Published: June 5, 2020

Dear Colleagues and Community,

Words are inadequate for this moment, but we cannot stay silent. The anti-Black racism on painful display over the past weeks demands full acknowledgment and denunciation. The latest instances of racialized murder—Breonna Taylor, Ahmaud Arbery, and George Floyd—are layered on top of countless others, upon centuries of racial violence, and upon a pandemic that is already disproportionately killing African American people due to systemic racism and racial injustice of many kinds. The trauma, fear and exhaustion constantly accumulating in Black bodies and lives across communities and histories is unspeakable, even as we must speak of it. CMCI is grieving for the precious lives lost and reeling from the agony spilling into streets all over the country. We unequivocally support those who are fighting for racial justice through protest and other means, including many of our own colleagues, students and alumni.

Words are not enough in this moment, and action will help. Let’s not be content to condemn the acts and institutions of others, or to feel anger and sadness about injustices happening elsewhere, when we have our own systems and practices that need attention. We need look no further than this college for ways to challenge anti-Black racism and other forms of discrimination in our own community—for example, by diversifying the content of our courses; developing our capacity for difficult conversations about race; recruiting, retaining and supporting African American students, faculty and staff; rethinking how we assign and value service; interrogating our micro-interactions for subtle dynamics that pile up and make working here harder for some; recognizing and learning to share the extra labor performed by faculty and staff of color as they support marginalized students, issues and events; and reviewing standard modes of operation that normalize whiteness. The key is to proactively learn and keep learning, on our own and in practice together, no matter how much we think we already know. CMCI has begun to provide the guidance, opportunities and leadership that enable such learning, and we will continue to invest in growing these resources (for more on our work thus far, visit our website.)

Words can be a powerful start, but there is so much more to do. As we absorb mediated images and reports of unfolding events, as journalists and critical media producers put themselves in harm’s way to tell the stories, as we process data visualizations that compare policing practices, as we sift through racializing discourses and social movement rhetoric, as we participate in organizing communication—we cannot help but see that what we do here at CMCI is critical to this unsettled moment and whatever happens next. We are called to challenge framings of Black protestors as “looters” and “thugs,” which perpetuate racist discourses of Black criminality. We are called to recognize the dangerous abuse and exploitation of Black organizing for other agendas and, thus, to stop the spread of misinformation with careful, ethical data and storytelling. We are called to interrogate how technology is used to surveil and monitor Black bodies and protestors of color at higher rates. Let’s bring more CMCI expertise and skill to the fight for racial justice and, specifically, against anti-Black racism. Let’s bring the racial learning and healing so desperately needed into our classrooms, offices, Zoom-rooms and homes.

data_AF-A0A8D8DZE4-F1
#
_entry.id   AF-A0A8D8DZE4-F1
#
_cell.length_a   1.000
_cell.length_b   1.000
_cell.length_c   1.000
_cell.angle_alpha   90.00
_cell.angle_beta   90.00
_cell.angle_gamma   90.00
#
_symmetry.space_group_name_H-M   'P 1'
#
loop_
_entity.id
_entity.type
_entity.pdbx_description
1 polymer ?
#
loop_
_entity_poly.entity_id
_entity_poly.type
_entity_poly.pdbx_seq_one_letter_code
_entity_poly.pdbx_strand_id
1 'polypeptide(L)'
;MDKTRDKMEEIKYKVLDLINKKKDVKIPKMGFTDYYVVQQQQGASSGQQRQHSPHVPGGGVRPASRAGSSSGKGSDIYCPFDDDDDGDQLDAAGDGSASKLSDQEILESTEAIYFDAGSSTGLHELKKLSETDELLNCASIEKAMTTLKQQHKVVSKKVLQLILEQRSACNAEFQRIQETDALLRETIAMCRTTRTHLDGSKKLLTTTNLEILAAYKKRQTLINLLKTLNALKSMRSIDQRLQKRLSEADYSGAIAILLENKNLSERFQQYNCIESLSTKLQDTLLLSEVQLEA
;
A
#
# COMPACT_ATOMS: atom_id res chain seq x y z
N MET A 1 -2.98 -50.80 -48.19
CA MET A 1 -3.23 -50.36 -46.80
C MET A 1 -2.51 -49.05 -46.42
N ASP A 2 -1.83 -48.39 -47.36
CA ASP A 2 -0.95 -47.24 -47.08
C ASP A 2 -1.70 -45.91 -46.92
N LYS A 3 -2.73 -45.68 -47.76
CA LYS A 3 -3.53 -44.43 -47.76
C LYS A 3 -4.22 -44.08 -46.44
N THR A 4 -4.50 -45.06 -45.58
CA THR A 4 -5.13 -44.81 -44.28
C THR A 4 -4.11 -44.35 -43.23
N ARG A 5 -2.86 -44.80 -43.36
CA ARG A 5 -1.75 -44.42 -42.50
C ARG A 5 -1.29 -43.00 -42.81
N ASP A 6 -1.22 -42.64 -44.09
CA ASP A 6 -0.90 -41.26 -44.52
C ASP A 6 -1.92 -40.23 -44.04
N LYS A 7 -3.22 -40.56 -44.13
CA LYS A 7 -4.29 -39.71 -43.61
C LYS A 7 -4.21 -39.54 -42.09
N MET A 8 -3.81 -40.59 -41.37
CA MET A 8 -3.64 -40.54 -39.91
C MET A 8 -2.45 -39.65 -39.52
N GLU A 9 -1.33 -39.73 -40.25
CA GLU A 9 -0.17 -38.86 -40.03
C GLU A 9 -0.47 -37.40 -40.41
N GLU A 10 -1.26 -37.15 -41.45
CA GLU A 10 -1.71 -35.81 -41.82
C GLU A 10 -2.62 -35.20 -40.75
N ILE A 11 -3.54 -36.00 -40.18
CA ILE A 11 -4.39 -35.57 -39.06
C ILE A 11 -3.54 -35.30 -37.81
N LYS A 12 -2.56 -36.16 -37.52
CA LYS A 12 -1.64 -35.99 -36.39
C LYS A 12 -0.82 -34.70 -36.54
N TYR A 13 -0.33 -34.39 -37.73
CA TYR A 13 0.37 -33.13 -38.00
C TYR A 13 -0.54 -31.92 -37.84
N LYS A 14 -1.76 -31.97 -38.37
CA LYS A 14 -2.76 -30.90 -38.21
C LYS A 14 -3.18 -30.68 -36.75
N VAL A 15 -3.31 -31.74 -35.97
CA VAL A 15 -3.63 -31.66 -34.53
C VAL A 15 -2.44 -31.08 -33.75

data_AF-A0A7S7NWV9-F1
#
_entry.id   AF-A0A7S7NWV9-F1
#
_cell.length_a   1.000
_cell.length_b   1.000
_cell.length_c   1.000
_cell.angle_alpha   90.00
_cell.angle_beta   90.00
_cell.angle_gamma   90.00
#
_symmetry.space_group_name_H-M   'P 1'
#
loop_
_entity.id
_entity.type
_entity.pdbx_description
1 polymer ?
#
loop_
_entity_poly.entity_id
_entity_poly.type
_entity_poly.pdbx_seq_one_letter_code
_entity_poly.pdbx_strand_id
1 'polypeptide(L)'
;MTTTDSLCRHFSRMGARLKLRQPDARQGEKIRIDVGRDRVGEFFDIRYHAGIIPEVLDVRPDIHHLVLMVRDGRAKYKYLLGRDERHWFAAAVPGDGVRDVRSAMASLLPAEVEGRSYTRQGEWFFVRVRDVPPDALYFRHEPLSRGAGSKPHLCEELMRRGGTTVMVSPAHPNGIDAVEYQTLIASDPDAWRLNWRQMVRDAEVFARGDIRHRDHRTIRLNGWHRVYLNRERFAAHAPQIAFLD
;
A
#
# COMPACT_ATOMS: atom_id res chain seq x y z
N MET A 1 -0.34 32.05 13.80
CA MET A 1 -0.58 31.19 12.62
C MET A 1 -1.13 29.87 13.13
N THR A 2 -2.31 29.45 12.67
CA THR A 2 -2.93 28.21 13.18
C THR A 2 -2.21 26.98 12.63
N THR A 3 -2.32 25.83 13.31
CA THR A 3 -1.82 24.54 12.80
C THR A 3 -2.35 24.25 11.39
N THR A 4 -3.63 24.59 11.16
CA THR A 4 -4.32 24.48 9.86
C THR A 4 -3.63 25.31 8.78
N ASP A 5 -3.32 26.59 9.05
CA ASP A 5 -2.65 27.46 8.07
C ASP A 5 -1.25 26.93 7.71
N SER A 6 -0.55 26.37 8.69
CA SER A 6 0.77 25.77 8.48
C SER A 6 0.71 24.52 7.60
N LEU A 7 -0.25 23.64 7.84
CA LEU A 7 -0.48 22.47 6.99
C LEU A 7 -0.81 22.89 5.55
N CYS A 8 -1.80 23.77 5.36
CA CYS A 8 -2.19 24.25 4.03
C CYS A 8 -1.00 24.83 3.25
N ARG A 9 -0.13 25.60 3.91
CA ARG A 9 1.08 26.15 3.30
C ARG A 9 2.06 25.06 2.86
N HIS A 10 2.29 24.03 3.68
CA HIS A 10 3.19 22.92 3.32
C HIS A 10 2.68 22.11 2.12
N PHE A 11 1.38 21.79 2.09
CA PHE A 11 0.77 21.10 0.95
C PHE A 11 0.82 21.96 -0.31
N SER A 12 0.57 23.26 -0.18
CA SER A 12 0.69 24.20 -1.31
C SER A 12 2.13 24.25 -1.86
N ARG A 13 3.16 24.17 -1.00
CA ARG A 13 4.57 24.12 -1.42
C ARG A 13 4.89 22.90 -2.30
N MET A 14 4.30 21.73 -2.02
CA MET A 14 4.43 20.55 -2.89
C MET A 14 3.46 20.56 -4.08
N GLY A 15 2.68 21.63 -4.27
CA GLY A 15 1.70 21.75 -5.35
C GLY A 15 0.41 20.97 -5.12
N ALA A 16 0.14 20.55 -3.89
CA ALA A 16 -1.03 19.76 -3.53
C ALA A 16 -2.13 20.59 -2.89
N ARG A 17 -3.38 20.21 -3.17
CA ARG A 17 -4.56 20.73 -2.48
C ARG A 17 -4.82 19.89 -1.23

Soon, you will hear more from us about the two streams of action against anti-Black racism described here:

  1. Ongoing internal college reflection and change, and
  2. Bringing college expertise to bear on public practice.

We know this is an already stressful time, teeming with uncertainty about the next academic year. Our intent is not to intensify the strain, but to train our collective eye on the urgent question: How can we rise to the pandemic moment in a way that advances racial justice, in our college community and beyond?

We realize that some may find this message too radical and others, not radical enough. Our goal is not to express a college stance everyone can agree with, or to issue a satisfactory statement. Such efforts can become part of the problem, hollow gestures toward change that preserve the status quo. Our hope is different: To take a risk with words and continue hard conversations toward transformative encounters. For as CMCI knows all too well, communication that keeps it real can sow the seeds of meaningful change.  

More to come, and hold us to it.

From the CMCI Faculty Leadership Team

  • Mark Amerika, Founding Director of Intermedia Art, Writing and Performance
  • Karen Ashcraft, Associate Dean of Diversity, Equity and Inclusion
  • Lori Bergen, CMCI Founding Dean
  • Robin Burke, Department Chair of Information Science
  • Andrew Calabrese, Associate Dean of Graduate Programs and Research
  • Nabil Echchaibi, Founding Department Chair of Media Studies
  • Steve Jones, Assistant Dean of Student Success
  • Tim Kuhn, Chair of CMCI Faculty Council
  • Teri Rueb, Department Chair of Critical Media Practices
  • Peter Simonson, Department Chair of Communication
  • Elizabeth Skewes, Department Chair of Journalism and Interim Chair of Advertising, Public Relations and Media Design
  • Cindy White, Associate Dean of Undergraduate Curriculum and Programs